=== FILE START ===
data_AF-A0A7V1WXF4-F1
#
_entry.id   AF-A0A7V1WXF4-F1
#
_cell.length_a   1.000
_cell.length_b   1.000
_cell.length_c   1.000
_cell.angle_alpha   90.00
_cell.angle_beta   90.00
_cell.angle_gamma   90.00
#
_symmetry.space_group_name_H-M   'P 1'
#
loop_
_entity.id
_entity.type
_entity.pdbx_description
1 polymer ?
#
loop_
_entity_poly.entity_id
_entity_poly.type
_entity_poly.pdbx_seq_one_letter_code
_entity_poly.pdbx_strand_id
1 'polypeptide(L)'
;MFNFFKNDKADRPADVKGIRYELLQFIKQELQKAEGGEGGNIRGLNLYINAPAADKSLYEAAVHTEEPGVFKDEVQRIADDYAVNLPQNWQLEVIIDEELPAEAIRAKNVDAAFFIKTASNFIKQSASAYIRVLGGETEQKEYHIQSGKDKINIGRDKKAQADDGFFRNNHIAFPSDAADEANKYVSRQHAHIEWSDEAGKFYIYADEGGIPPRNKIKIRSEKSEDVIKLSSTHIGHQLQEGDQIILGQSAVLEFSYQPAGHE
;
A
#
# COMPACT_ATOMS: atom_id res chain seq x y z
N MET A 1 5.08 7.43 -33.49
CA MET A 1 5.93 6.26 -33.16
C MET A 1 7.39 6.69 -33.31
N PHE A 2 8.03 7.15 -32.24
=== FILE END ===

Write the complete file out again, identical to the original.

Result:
data_AF-A0A7V1WXF4-F1
#
_entry.id   AF-A0A7V1WXF4-F1
#
_cell.length_a   1.000
_cell.length_b   1.000
_cell.length_c   1.000
_cell.angle_alpha   90.00
_cell.angle_beta   90.00
_cell.angle_gamma   90.00
#
_symmetry.space_group_name_H-M   'P 1'
#
loop_
_entity.id
_entity.type
_entity.pdbx_description
1 polymer ?
#
loop_
_entity_poly.entity_id
_entity_poly.type
_entity_poly.pdbx_seq_one_letter_code
_entity_poly.pdbx_strand_id
1 'polypeptide(L)'
;MFNFFKNDKADRPADVKGIRYELLQFIKQELQKAEGGEGGNIRGLNLYINAPAADKSLYEAAVHTEEPGVFKDEVQRIADDYAVNLPQNWQLEVIIDEELPAEAIRAKNVDAAFFIKTASNFIKQSASAYIRVLGGETEQKEYHIQSGKDKINIGRDKKAQADDGFFRNNHIAFPSDAADEANKYVSRQHAHIEWSDEAGKFYIYADEGGIPPRNKIKIRSEKSEDVIKLSSTHIGHQLQEGDQIILGQSAVLEFSYQPAGHE
;
A
#
# COMPACT_ATOMS: atom_id res chain seq x y z
N MET A 1 5.08 7.43 -33.49
CA MET A 1 5.93 6.26 -33.16
C MET A 1 7.39 6.69 -33.31
N PHE A 2 8.03 7.15 -32.24